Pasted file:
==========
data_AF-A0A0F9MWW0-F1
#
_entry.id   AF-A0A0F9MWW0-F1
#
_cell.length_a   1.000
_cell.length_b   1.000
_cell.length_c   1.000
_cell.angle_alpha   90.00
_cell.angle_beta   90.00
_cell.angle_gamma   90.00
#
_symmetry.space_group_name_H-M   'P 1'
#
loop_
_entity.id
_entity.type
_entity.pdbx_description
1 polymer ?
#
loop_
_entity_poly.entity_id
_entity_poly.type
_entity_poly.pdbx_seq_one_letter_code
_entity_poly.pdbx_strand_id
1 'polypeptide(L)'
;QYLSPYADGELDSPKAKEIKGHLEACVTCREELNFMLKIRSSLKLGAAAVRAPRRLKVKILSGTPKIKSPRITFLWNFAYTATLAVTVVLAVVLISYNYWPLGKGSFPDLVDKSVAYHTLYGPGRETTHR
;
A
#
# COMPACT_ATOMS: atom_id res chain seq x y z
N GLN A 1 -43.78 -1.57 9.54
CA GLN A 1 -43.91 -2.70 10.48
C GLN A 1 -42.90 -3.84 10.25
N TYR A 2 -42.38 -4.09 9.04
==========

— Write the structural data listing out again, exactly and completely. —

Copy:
data_AF-A0A0F9MWW0-F1
#
_entry.id   AF-A0A0F9MWW0-F1
#
_cell.length_a   1.000
_cell.length_b   1.000
_cell.length_c   1.000
_cell.angle_alpha   90.00
_cell.angle_beta   90.00
_cell.angle_gamma   90.00
#
_symmetry.space_group_name_H-M   'P 1'
#
loop_
_entity.id
_entity.type
_entity.pdbx_description
1 polymer ?
#
loop_
_entity_poly.entity_id
_entity_poly.type
_entity_poly.pdbx_seq_one_letter_code
_entity_poly.pdbx_strand_id
1 'polypeptide(L)'
;QYLSPYADGELDSPKAKEIKGHLEACVTCREELNFMLKIRSSLKLGAAAVRAPRRLKVKILSGTPKIKSPRITFLWNFAYTATLAVTVVLAVVLISYNYWPLGKGSFPDLVDKSVAYHTLYGPGRETTHR
;
A
#
# COMPACT_ATOMS: atom_id res chain seq x y z
N GLN A 1 -43.78 -1.57 9.54
CA GLN A 1 -43.91 -2.70 10.48
C GLN A 1 -42.90 -3.84 10.25
N TYR A 2 -42.38 -4.09 9.04